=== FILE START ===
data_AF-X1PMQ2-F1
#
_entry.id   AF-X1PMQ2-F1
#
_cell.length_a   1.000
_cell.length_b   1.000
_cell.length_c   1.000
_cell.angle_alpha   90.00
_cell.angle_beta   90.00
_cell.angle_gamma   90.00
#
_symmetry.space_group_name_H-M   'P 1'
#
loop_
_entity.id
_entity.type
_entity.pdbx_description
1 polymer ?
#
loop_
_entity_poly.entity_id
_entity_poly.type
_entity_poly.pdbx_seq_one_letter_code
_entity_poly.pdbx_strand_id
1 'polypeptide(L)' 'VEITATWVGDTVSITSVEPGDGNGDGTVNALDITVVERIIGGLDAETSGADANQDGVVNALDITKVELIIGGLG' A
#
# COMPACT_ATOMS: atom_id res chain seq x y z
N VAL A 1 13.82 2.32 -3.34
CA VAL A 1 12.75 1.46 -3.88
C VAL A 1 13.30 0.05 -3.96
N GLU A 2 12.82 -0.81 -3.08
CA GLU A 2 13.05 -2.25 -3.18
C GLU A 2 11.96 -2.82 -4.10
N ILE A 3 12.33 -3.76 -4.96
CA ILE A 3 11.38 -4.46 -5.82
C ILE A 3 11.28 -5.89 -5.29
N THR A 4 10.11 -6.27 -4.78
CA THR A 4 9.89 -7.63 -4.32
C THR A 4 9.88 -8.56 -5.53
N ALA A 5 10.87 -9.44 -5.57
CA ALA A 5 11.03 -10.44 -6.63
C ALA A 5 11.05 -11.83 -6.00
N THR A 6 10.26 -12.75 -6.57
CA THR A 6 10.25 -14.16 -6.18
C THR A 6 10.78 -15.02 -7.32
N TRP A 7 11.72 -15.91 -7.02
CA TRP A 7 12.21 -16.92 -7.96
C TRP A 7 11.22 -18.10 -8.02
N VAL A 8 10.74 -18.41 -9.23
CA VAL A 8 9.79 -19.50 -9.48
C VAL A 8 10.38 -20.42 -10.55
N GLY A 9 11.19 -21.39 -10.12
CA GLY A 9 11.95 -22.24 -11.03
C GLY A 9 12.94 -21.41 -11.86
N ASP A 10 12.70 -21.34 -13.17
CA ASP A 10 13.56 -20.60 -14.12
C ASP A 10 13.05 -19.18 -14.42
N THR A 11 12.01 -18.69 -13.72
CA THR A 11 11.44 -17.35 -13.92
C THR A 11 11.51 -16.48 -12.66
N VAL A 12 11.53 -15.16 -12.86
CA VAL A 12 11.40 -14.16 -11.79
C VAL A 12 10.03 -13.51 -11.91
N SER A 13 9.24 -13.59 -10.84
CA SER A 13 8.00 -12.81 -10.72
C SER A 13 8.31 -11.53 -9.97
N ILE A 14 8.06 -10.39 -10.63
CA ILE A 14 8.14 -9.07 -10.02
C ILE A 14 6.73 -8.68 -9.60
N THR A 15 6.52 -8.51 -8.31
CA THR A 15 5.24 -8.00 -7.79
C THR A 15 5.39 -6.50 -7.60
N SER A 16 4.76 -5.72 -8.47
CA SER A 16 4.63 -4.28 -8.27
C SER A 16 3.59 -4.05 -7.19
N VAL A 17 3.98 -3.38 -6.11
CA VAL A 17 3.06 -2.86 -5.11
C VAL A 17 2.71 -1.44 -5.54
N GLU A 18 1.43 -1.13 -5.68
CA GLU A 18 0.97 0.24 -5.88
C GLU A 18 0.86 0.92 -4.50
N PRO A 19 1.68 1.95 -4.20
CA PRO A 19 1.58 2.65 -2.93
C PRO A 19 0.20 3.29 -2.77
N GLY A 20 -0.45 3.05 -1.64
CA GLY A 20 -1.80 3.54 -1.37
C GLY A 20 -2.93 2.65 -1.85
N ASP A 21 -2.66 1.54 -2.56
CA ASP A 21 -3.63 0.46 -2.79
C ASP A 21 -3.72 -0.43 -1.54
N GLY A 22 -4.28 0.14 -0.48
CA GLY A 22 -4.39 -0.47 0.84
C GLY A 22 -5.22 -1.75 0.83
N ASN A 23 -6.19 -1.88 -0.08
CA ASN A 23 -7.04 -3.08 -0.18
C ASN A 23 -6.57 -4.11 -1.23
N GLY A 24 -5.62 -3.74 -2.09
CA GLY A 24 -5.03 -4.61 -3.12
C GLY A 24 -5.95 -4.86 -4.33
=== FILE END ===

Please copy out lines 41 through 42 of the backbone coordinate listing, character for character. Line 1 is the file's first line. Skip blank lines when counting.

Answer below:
CA ALA A 5 11.03 -10.44 -6.63
C ALA A 5 11.05 -11.83 -6.00